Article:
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Through the Looking Glass, or … This is the Red Pill

There are unwritten rules for almost all social phenomena, from investing to writing epic poetry. Not that these weekly notes aspire to Homeric levels (although they do get pretty lengthy), but Epsilon Theory does follow one unwritten rule taken from the Iliad, the Aeneid, etc. in that I began this story in media res– in the middle of things. Last week’s note looked at two very current issues – the jobs report on Friday June 7th and the Fed’s market communication policy – through the lens of game theory to develop what I think are some non-intuitive results … namely that the market’s Narrative around US labor conditions is fundamentally at odds with the Fed’s communications, creating a major source of instability for global markets.  And if you look at the archived notes I’ve posted, they are almost all focused on some specific event or issue.

But at some point it’s important to step back and show in a more general way how game theory works to shape markets. This may strike some readers as too academic, but c’est la vie. We will return to our regularly scheduled entertainment next week. This week I want to lift the hood a bit on Epsilon Theory and show you how the engine works, or at least that there is an engine, so that you will trust me enough to get in the car and let me drive you to this or that destination. Epsilon Theory is not a collection of musings, and it’s not a blog. There’s significant intellectual property here, and you deserve to be convinced of that before you invest more of your time reading what I’ve got to say.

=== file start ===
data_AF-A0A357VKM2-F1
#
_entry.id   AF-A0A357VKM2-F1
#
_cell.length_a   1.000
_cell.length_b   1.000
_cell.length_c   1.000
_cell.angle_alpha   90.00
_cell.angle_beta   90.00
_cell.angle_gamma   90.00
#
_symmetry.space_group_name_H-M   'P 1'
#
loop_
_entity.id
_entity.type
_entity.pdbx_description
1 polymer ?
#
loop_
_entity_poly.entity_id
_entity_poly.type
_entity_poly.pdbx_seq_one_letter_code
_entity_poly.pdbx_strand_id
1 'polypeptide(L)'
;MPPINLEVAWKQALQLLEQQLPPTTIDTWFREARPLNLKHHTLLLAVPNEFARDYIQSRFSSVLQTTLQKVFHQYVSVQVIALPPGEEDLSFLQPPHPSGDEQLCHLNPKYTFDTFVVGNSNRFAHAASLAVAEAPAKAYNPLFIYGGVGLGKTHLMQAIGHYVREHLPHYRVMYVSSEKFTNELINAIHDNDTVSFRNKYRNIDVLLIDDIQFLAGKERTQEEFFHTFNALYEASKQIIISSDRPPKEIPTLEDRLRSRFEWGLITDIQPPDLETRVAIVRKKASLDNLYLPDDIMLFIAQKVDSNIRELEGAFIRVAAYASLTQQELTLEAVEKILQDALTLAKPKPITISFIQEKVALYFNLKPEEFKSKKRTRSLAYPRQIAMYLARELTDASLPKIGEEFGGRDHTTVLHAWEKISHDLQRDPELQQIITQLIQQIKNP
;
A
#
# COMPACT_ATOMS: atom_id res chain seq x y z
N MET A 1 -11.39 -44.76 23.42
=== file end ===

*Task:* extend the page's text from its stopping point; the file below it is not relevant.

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  1. This note needs to be republished it’s so important.

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